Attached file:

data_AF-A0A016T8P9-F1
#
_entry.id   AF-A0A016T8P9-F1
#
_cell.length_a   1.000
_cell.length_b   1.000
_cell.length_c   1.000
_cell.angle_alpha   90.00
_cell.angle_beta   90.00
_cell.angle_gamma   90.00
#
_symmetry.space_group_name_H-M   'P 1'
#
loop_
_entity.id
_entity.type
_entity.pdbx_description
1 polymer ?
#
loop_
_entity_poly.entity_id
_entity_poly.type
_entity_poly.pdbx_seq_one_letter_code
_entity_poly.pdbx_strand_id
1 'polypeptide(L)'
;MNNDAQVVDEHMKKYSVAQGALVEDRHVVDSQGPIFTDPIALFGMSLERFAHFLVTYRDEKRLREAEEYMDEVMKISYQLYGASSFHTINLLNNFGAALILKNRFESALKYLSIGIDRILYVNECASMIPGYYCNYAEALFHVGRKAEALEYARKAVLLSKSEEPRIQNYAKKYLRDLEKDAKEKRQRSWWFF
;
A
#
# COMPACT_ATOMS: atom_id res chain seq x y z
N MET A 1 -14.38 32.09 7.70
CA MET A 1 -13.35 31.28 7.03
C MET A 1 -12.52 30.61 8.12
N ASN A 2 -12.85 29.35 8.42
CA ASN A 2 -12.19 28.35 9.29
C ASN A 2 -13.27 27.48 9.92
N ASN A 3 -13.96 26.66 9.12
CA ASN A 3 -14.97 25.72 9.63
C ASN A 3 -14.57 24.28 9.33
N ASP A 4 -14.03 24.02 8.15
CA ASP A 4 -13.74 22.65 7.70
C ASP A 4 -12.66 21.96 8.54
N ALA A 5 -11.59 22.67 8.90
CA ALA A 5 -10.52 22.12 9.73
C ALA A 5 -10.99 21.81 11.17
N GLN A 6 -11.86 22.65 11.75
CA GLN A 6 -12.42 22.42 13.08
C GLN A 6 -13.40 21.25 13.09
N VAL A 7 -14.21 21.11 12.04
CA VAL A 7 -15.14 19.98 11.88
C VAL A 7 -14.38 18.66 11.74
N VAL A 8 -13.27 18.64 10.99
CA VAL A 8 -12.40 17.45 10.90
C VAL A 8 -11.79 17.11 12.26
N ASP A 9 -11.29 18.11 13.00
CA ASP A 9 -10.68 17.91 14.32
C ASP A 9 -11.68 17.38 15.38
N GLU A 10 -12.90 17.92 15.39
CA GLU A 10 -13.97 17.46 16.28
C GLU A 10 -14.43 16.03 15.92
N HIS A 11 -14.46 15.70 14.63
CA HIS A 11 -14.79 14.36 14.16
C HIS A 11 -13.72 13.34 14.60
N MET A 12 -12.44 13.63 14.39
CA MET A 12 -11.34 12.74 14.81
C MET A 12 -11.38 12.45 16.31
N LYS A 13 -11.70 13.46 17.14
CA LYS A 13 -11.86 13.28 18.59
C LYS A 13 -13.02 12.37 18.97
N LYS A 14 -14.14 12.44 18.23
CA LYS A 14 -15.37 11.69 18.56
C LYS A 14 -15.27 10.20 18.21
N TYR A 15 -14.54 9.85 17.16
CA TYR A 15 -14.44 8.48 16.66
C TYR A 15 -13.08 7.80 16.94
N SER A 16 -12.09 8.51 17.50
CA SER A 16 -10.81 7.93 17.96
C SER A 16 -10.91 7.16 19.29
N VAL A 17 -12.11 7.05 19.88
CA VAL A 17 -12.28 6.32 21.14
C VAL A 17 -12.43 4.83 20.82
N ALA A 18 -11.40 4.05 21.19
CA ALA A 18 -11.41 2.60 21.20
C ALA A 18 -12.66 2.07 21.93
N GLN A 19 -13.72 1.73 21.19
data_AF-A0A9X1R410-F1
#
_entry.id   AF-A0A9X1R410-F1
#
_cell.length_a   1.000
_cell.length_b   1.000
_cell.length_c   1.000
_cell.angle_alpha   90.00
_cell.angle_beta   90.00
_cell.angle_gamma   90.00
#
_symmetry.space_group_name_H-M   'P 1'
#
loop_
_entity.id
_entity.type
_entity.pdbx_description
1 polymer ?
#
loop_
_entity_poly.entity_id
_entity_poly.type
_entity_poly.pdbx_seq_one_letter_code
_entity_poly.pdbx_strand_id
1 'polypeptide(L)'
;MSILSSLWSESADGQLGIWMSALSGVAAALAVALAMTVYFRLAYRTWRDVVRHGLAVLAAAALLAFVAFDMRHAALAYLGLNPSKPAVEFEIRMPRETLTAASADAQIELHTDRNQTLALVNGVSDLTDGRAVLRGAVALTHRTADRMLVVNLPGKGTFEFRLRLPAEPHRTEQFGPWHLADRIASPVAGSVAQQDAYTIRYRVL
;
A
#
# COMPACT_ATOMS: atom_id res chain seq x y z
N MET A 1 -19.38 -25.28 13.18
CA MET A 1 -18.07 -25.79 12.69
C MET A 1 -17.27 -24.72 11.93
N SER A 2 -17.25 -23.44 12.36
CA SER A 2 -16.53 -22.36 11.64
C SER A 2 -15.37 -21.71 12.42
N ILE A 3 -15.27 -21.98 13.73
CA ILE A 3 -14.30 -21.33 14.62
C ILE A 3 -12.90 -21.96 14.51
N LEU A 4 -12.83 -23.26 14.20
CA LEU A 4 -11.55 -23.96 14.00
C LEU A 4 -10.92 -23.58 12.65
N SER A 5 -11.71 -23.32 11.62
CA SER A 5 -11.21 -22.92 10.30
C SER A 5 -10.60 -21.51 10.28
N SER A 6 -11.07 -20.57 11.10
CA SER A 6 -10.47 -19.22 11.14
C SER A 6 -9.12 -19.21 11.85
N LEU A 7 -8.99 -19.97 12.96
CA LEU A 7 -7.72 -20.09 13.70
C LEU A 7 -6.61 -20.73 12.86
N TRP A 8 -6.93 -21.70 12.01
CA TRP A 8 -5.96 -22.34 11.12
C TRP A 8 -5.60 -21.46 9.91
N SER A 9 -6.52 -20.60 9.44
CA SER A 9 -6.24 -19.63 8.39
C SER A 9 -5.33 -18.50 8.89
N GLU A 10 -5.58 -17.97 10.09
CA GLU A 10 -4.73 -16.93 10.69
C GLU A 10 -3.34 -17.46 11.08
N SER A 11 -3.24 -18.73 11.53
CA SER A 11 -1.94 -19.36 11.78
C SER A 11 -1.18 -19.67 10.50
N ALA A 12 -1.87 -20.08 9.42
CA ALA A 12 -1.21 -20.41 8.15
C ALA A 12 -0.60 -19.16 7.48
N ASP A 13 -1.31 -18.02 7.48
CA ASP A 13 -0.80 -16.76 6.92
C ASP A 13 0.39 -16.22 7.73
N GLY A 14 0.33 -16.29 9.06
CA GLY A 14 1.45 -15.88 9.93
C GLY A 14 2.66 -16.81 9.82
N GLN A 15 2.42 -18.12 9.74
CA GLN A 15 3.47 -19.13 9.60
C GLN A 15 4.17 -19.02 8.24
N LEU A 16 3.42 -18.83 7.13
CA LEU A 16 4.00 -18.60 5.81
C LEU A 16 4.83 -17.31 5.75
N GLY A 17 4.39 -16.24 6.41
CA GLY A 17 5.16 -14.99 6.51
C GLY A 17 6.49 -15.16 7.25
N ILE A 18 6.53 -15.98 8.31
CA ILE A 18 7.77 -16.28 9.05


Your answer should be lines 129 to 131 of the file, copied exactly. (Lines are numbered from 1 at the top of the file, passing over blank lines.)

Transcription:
CA SER A 5 -11.21 -22.92 10.30
C SER A 5 -10.60 -21.51 10.28
N SER A 6 -11.07 -20.57 11.10